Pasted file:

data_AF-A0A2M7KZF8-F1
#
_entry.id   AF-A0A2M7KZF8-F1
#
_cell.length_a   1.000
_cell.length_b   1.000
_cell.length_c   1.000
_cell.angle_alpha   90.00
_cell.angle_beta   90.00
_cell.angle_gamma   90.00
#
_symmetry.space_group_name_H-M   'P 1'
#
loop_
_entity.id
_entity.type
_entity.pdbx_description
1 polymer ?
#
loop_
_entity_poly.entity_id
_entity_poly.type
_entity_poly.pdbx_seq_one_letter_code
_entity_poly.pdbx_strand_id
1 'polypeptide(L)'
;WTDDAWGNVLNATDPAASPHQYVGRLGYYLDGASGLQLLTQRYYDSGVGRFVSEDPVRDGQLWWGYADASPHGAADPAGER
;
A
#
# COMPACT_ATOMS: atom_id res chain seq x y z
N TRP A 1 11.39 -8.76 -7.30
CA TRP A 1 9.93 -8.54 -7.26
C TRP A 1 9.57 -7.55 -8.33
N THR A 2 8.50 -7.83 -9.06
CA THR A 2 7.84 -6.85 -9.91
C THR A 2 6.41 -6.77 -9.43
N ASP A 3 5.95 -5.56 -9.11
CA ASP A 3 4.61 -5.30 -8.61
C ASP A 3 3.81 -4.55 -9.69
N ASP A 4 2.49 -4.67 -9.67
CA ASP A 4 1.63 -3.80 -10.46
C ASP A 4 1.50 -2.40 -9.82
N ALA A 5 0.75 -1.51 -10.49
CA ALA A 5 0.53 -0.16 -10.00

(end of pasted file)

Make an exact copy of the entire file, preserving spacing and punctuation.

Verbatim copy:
data_AF-A0A2M7KZF8-F1
#
_entry.id   AF-A0A2M7KZF8-F1
#
_cell.length_a   1.000
_cell.length_b   1.000
_cell.length_c   1.000
_cell.angle_alpha   90.00
_cell.angle_beta   90.00
_cell.angle_gamma   90.00
#
_symmetry.space_group_name_H-M   'P 1'
#
loop_
_entity.id
_entity.type
_entity.pdbx_description
1 polymer ?
#
loop_
_entity_poly.entity_id
_entity_poly.type
_entity_poly.pdbx_seq_one_letter_code
_entity_poly.pdbx_strand_id
1 'polypeptide(L)'
;WTDDAWGNVLNATDPAASPHQYVGRLGYYLDGASGLQLLTQRYYDSGVGRFVSEDPVRDGQLWWGYADASPHGAADPAGER
;
A
#
# COMPACT_ATOMS: atom_id res chain seq x y z
N TRP A 1 11.39 -8.76 -7.30
CA TRP A 1 9.93 -8.54 -7.26
C TRP A 1 9.57 -7.55 -8.33
N THR A 2 8.50 -7.83 -9.06
CA THR A 2 7.84 -6.85 -9.91
C THR A 2 6.41 -6.77 -9.43
N ASP A 3 5.95 -5.56 -9.11
CA ASP A 3 4.61 -5.30 -8.61
C ASP A 3 3.81 -4.55 -9.69
N ASP A 4 2.49 -4.67 -9.67
CA ASP A 4 1.63 -3.80 -10.46
C ASP A 4 1.50 -2.40 -9.82
N ALA A 5 0.75 -1.51 -10.49
CA ALA A 5 0.53 -0.16 -10.00